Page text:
Juno’s 8% fall this morning, following yesterday’s discontinuation of its lead, JCAR015, only makes sense given the strange run-up the stock had enjoyed into the positive read-out of Kite’s competing Zuma-1 trial of KTE-C19. After all, with several patient deaths due to cerebral oedema under its belt, and the pivotal Rocket trial in childhood leukaemia on hold, the writing for JCAR015 had been on the wall since November. Juno is fortunate in being able to pivot to JCAR017, an anti-CD19 CAR that could be superior thanks to using a defined cell composition. However, in its lead lymphoma indication JCAR017 is behind both KTE-C19 and Novartis’s CTL019, and even Juno’s plan to have it filed in late 2018 sounds highly optimistic. For now the company says it first needs to decide which of two doses to take forward, based on further data from the phase I Transcend trial. It will then look at starting a registrational lymphoma study “later this year”, its chief executive, Hans Bishop, said yesterday. At a time when the market wants some certainty such vagueness is unlikely to help Juno.
Accera failure is food for thought
March 1, 2017
The amyloid theory of Alzheimer’s disease is not the only hypothesis to have evidence against it. The failure in phase III of Accera’s AC-1204 is a blow to a concept that relies on providing an alternative energy source, ketones, to damaged brain cells that cannot metabolise glucose. In the Nourish study in 400 patients with mild to moderate Alzheimer’s, AC-1204 did not beat placebo as measured by improvement on the Adas-Cog test. Accera is blaming the failure on a formulation change between successful phase II trials and Nourish, saying the new concoction “had the unintended consequence” of producing lower drug plasma levels than the version used in phase II. Full Nourish data will be released at the Alzheimer’s Association International Conference in London in July. Showing the optimism necessary among Alzheimer’s drug developers, Accera now has a new formula that it believes will boost AC-1204 levels – but securing funding for further trials will surely be tricky.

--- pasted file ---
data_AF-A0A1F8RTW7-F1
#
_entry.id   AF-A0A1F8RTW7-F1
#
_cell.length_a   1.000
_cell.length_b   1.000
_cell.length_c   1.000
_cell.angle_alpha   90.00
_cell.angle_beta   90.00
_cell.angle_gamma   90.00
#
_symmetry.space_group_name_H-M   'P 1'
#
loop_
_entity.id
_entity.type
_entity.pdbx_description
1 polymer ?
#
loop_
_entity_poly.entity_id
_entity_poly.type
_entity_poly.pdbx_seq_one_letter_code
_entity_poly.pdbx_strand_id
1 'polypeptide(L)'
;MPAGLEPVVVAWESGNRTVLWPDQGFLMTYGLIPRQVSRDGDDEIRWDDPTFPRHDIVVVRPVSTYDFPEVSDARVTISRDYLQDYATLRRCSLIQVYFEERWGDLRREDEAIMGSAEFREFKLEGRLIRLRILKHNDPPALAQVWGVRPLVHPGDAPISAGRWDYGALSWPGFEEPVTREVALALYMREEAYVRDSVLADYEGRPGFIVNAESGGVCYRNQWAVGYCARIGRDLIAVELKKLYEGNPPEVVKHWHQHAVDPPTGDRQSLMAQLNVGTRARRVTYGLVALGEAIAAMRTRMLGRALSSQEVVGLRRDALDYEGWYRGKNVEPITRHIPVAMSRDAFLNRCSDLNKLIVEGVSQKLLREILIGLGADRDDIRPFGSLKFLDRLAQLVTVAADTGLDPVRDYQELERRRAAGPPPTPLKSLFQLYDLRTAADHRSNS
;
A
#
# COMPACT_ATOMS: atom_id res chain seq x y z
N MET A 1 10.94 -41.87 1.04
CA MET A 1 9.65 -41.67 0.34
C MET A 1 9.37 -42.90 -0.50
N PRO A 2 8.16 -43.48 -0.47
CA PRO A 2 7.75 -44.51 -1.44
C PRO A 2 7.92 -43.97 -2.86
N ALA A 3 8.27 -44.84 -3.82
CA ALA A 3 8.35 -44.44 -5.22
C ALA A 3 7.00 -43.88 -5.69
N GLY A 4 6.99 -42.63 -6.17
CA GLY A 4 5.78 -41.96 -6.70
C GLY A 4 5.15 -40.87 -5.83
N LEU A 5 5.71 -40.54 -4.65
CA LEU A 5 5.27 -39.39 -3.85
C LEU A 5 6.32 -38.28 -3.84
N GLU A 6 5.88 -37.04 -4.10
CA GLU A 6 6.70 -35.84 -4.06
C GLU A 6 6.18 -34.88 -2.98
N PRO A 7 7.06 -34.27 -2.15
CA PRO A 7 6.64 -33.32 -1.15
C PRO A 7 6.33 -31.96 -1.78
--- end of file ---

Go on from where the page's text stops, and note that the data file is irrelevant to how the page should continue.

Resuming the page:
Cynosure shareholders want Hologic deal halted
February 28, 2017
Abbott’s purchase of Alere is not the only medtech megamerger to run into trouble. In that case it is the buyer that is seeking to back out of the transaction, but in the case of Hologic and Cynosure it is the merger’s target. Shareholders in Cynosure, which makes laser-based technologies designed to burn fat or remove hair, scars or tattoos, have filed a class action suit to halt the company’s proposed $1.4bn sale to Hologic. The investors claim that they do not have enough information to ensure that the cash purchase is a good deal, alleging that the SEC filing in which Cynosure recommended the transaction is missing vital information about forecast financials. Neither did the filing disclose whether an unnamed bidder competing with Hologic had signed a confidentiality agreement, and if so, whether that agreement precludes the bidder from topping Hologic’s offer, the investors said. Lastly the shareholders take issue with what they say are disproportionate benefits to Cynosure insiders, and allege that its chief executive, Michael Davin, will receive a payoff of more than $30m.